remains one of the league’s best handcuffs, so he should be universally owned. If you own Mattison but not Cook, consider seeing what you can pry from the Cook owner over the next few weeks. Score Prediction: Eagles 21, Vikings 17
Washington Redskins (-4) at Miami Dolphins Redskins ATS:
1-4-0 Dolphins ATS:
0-4-0 Projected Team Totals:
Redskins 18.75 Dolphins 22.25
Redskins Opp (MIA) Pass DVOA:
#32 Opp (MIA) Run DVOA:
#31 Injuries to Watch DEF (MIA):
CB Xavien Howard (P) CB Johnson Bademosi (Q) Injuries to Watch OFF (WSH):
TE Jordan Reed (OUT) TE Vernon Davis (Q) G Wes Martin (Q) LT Donald Penn (Q) Key WCB matchups:
Terry McLaurin vs. Xavien Howard (Rotoworld) Relevant Target Share %’s (season):
Terry McLaurin (21%) Chris Thompson (20%) Paul Richardson (15%) Trey Quinn (16%) Vernon Davis (12%) RB Snap %/Touches/Targets Week 5:
Chris Thompson (54%, 9, 7) Adrian Peterson (27%, 7, 0) Wendall Smallwood (19%, 6, 0) QB/WTE Breakdown
Interim coach Bill Callahan has yet to name a starter at quarterback, but all indications point to Case Keenum
being under center this week. He’s not an option in fantasy, but his return is great news for Terry McLaurin
who seems to be recovered from a hamstring injury. The bad news is that ‘F1’ McLaurin will be facing off against the Dolphins best player, CB Xavien Howard. Nevertheless, McLaurin has earned must start status as a WR2 and he’ll be facing the worst defense in the NFL. Fire him up. Paul Richardson
with a healthy McLaurin is too much of a question mark to see lineups even in the dream matchup. Vernon Davis
is still making his way back from a concussion and it’s unclear if he will play. Jeremy Sprinkle
and Jerome Cunningham
will take over again if he is absent, but neither are recommended plays. RB Breakdown
Owners probably scooped up Adrian Peterson (upgrade)
after the news broke that interim coach Callahan thinks that not running the ball enough is Washington's main issue (it’s not). He’s got a dream matchup on deck and should be considered a RB2/3, his floor remains scary low but it seems more likely than not that he finds pay dirt in Week 6’s poop fest. Chris Thompson (upgrade PPR)
continues to produce in PPR, putting up a consistent 11.7 FPPG. Thompson can be considered a back-end RB2 with an upgrade in PPR formats. This game seems like it could go either way in terms of being high scoring or low scoring, so all options are a bit risky.
Dolphins Opp (WSH) Pass DVOA:
#28 Opp (WSH) Run DVOA:
#18 Injuries to Watch DEF (WSH):
LB Josh Harvey-Clemons (Q) Injuries to Watch OFF (MIA):
None Key WCB matchups:
None Relevant Target Share %’s (season):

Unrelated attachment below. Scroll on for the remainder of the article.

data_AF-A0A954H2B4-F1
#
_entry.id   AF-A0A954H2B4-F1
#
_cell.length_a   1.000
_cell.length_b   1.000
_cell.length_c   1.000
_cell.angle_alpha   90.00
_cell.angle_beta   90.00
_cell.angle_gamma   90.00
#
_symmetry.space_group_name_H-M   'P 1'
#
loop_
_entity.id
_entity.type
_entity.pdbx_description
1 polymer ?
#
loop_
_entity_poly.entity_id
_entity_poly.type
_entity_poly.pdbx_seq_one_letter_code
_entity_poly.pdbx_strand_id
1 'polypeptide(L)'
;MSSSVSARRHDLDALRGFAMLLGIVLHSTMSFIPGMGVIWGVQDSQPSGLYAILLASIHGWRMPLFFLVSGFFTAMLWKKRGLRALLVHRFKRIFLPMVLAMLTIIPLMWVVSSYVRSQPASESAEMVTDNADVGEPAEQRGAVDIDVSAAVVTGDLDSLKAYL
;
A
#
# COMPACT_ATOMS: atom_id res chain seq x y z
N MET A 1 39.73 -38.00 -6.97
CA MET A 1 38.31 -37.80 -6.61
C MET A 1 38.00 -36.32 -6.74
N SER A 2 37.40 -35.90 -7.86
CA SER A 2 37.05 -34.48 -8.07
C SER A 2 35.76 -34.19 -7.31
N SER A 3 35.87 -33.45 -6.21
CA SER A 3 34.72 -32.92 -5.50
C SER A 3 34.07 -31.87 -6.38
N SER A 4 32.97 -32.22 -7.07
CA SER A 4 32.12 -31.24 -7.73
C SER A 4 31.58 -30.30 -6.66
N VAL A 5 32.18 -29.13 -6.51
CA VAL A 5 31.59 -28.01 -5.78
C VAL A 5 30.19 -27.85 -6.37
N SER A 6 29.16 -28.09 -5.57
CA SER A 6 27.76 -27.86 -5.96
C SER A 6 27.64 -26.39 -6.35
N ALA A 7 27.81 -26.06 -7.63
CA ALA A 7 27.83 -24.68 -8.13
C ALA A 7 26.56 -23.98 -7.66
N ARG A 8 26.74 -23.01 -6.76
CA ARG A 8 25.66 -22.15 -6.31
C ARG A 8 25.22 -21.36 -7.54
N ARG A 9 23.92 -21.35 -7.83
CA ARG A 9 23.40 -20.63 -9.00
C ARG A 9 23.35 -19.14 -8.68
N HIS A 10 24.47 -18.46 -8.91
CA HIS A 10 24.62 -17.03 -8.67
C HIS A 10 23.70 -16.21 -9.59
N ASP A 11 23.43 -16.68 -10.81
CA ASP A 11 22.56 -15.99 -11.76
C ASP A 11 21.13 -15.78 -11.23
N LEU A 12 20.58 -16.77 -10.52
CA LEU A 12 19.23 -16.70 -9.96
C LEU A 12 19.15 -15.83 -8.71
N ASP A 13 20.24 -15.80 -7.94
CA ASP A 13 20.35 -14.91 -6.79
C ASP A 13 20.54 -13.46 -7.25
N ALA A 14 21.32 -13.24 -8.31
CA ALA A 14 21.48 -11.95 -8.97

Preston Williams (22%) DeVante Parker (18%) Kenyan Drake (15%) Jakeem Grant (14%) RB Snap %/Touches/Targets Week 4:
Kenyan Drake (57%, 15, 6) Mark Walton (27%, 8, 2) Kalen Ballage (16%, 2, 1) QB/WTE Breakdown
Miami from an offense standpoint, and just an overall football standpoint, have been awful. Remember that when Vegas favors a home team by 3 points, that’s essentially saying that both teams are completely even. Josh Rosen
isn’t a fantasy option. Preston Williams
and Devante Parker
can be considered this week going against Washington's dreadful secondary, but really you probably have a better option at receiver. Even in the best matchup of the year, all Miami players are an extreme risk. Put your money on teams that you know can move the ball. Albert Wilson
is an intriguing DFS play against a defense that has allowed the fourth-most PPR per game to slow WRs this season (per Sports Info Solutions and Rotoworld). Don’t play a Miami tight end, you know better. RB Breakdown
The running back rotation for Miami is an absolute mess and no running back has produced enough to see fantasy lineups. After a mistake filled start to the season, it appears that Kalen Ballage
has fallen out of favor for rookie Mark Walton
. If there were a surefire week to start Kenyan Drake
, it seems like it would be this week. However, the Dolphins have been so putrid it seems like more risk than it’s worth. Fade the Dolphins backfield where possible. Score Prediction: Redskins 17, Dolphins 14
Compare live NBA Odds, Lines and Spreads. Up to date betting odds of the top sportsbooks including money lines, point spreads, totals and futures on SBR. Rot. Team Spread Money Line Total Points Team Points; Sunday, Oct 11, 2020 - NBA Basketball Game 07:30 PM: 711: Los Angeles Lakers Other notes: The Pelicans received the third-highest share of the betting handed to win the Western Conference before missing the playoffs.; All Western Conference teams received at least 0.08% of the handle – the Timberwolves received the lowest share. The Golden State Warriors, who finished the season last in the NBA at 15-50 received 0.60% of the handle to win the conference. The L.A. Clippers (+325) opened the 2019-20 season as the betting favorites to win the NBA championship. You can see the current lines at our NBA futures page. This table demonstrates the record of the last 100 NBA computer picks. It can be a bit confusing right away, so let us explain for you: $ of Units Opening/Closing: This number is the total profit (or loss) based on a bettor placing $100 on each of the last 100 NBA picks made by the computer on both the opening and closing lines.